Agaves are originally from North America, the Southern states of USA and Mexico. They are monocarpic, they flower once in their lifetime and then die, however they do set seed and even put out offshoots to form clumps, so in fact propagation and ongoing display of foliage is not a problem. Agave monacanthus is an interesting species, pictured right.
Increasingly popular as an ornamental plant in the Australian garden they are used extensively by landscapers in courtyard situations both in the ground and in pots. A well drained soil and full sun best suits agave, and a feed of slow release fertilizer four time a year is beneficial to growth.
Agaves suit the modern courtyard look, with strong structural lines, they can look great in terra cotta style pots. With over 200 species including variegated forms the choice is wide. Advanced specimen plants are available as are smaller plants, offsets and tubestock.
Other popular species including, Decipiens, Desmettiana, Diffusa, Obscura and Xylonacantha which are all widely used in landscaping where low maintenance and drought tolerant plants are required.
Growing conditions for Agave and Agave care.
Agave like most succulents are sun loving, and are generally regarded as drought tolerant. Like yuccas, agaves require very little maintenance. Removal of spent flower heads, occasional watering and fertilizer application evry month or two will keep your yucca in good condition.
Agave are suitable for growing in containers or pots, especially the smaller species. And yes agaves can be a little weedy at times, but easy to control.
Growing Agave in Pots
Although Agave are a hardy plant and in the ground are reasonably drought tolerant, Agaves are a hungry plant especially the larger species and cultivars. They can quickly become pot bound, they can be root pruned, but are better potted up as they exhaust the potting mix and fill the pot with roots. This is why they will also need watering during dry spells.
So be a little careful with varieties, species and types. Look for factual information on plant tags. For example, Agave americana var. americana is a larger growing species while Agave americana ‘Medio-picta’ is much smaller. Agave parviflora is one of the smallest species while Agave gentryi is one of the largest.
Agave plants for sale online from the following nurseries
Succulent nursery for drought hardy plants. Includes: Adenium, Agave, Alluadia, Aloe, Anecampseros, Crassula, Euphorbia, Gasteraloe, Haworthia, Kalanchoe, Ledebouria, Portulacaria, Sedum, Senecio and many others.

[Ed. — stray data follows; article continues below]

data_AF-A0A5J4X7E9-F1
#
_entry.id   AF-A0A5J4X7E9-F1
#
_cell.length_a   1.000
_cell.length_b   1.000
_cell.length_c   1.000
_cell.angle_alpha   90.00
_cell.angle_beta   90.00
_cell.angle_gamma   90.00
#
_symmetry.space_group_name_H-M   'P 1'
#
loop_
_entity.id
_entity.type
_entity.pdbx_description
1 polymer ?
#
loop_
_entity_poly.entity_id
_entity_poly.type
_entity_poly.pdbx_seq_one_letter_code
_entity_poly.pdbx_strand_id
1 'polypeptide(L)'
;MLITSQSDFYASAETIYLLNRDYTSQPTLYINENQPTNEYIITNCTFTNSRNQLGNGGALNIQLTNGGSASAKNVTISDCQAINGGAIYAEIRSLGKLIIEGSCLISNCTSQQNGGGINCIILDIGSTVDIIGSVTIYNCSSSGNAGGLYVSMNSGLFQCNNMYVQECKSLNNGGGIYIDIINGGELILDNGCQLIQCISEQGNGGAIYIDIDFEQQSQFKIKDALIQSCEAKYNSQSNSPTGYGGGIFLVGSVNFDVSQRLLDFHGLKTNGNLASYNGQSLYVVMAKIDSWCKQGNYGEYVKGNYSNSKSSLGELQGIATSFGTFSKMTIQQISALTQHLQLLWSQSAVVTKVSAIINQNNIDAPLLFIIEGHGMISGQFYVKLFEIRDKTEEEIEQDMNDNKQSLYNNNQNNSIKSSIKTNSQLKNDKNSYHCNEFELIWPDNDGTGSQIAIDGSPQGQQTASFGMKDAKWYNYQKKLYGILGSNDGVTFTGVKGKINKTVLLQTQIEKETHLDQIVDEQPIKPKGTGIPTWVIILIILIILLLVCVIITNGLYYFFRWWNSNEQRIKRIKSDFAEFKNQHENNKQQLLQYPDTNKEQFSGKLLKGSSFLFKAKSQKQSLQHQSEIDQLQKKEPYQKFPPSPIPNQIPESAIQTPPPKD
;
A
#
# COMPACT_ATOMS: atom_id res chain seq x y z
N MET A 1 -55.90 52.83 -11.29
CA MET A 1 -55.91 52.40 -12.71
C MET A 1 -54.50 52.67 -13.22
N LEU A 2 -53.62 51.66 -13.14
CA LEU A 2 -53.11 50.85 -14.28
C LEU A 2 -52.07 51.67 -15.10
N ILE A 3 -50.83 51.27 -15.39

Phone: 0411 435 314
Online Retailer of Landscaping Plants, large quantities of small pot sizes up to advanced sizes & plant Sourcing.
SYDNEY | NORTHERN NSW | GOLD COAST | BRISBANE | MELBOURNE | ADELAIDE
601 Sunnyholt Road Parklea NSW 2768
Parklea Pots and Plants are affordable, open 7 days and have everything you need for your garden - of any size!. Pots, plants, water features, fruit trees, hedging, potting mix and more.
Opening hours 7 days a week from 8:30am to 5pm
125 Palmer Rd Jindivick 3818
Open Thursday - Sunday 10am - 4pm
Specialising in growing and selling Rare and Unusual Trees, shrubs Perennials Bulbs and Climbers, a unique nursery with amazing stock.
52 Rodd St Canowindra NSW 2804
An online nursery specialising in drought and frost tolerant perennials and fragrant, edible and herbs.
Can you Grow Agaves Indoors
Agaves can be gown indoors if you follow a few basic rules. Basically agaves are a a dry climate plant used to growing in hot conditions, lots of light and little water. Growing indoors can easily meet the hot and dry conditions it is the light that is the main problem.
When we try to grow these wonderful succulents indoors it is usually a lack of light and poor air circulation that cause the problems. The other issue is a tendency to over water.
So look for a position with lots of light, make sure you use a free draining potting mix , but do remember to allow to almost dry out between watering, usually no more than water once a week in a warm house. Fertilizer is generally not required, and in fact is usually avoided, except for a 1/2 application as they commence new growth.
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Agaves can be propagated by division which is the removal of offsets or ‘pups’ or from seed. Removing the offsets is easy, just remember to retain the small stem that connected the offset to the main plant, this is the part that will have some roots and will send out new roots.
The offsets ( with roots )should be planted immediately into good potting mix and fertilised with a liquid fertiliser.
Agave have become an important plant for landscapers, with strong architectural shapes agaves make a dramatic statement in the garden. Grown in a pot agaves can make great specimen plants, planted in mass or as a border the impact of agaves can be dramatic. With over 350 species originating in Mexico and Southern USA you can find an agave for any situation. Agaves will flower, and they have great flowers, but be patient, agaves may take 5-10 years to flower. Agave attenuata is a very popular variety, but look for varieties such as agave desmettiana ‘el miradores gold’ a stricking plant. Agaves will grow up 1.5m, agave americana species. However lower growing or dwarf species may only reach 30cm, agave victoria regina, agave univtata and the interesting form agave toumeyana.